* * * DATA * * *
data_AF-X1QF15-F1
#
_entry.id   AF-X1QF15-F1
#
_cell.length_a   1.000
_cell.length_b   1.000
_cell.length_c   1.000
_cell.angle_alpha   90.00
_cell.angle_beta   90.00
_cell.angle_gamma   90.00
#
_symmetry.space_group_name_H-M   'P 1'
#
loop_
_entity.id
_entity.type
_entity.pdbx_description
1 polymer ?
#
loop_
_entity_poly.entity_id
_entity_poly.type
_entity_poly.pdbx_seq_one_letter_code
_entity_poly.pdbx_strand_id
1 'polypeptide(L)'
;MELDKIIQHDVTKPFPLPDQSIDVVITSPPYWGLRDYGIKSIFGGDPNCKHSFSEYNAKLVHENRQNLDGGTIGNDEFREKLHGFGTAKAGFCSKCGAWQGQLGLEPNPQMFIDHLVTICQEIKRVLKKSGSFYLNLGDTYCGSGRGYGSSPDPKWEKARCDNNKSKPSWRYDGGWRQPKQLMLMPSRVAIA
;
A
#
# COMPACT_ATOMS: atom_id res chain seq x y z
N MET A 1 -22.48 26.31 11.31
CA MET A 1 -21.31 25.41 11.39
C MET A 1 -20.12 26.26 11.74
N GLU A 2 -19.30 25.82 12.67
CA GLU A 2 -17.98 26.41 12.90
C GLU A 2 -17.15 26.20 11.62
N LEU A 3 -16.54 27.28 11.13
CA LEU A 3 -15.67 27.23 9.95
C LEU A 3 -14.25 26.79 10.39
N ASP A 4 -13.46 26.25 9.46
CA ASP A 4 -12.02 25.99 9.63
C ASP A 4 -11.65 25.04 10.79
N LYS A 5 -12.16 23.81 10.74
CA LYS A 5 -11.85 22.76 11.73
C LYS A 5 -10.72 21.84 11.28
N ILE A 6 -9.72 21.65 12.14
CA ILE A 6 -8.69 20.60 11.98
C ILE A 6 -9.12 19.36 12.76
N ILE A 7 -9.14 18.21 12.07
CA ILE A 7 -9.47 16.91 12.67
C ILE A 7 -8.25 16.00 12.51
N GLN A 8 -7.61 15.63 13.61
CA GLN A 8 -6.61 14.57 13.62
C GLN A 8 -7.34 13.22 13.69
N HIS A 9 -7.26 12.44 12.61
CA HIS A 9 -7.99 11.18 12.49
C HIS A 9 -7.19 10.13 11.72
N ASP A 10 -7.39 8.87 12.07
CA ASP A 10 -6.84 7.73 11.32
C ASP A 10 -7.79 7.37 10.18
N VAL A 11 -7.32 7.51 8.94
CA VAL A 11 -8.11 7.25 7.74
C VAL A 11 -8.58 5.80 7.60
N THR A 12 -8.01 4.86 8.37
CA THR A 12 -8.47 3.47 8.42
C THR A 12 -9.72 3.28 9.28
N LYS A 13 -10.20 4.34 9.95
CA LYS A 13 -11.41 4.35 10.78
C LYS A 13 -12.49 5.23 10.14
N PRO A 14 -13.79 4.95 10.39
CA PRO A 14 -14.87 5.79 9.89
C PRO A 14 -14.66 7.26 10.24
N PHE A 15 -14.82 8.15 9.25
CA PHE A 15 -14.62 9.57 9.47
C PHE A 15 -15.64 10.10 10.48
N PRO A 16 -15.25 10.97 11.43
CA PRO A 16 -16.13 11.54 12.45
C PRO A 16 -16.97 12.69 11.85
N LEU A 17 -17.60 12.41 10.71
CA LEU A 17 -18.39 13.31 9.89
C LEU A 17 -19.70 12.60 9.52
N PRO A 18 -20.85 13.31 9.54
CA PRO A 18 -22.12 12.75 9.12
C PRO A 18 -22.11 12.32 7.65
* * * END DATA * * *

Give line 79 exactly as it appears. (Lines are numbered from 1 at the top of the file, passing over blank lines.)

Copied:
N LEU A 17 -17.60 12.41 10.71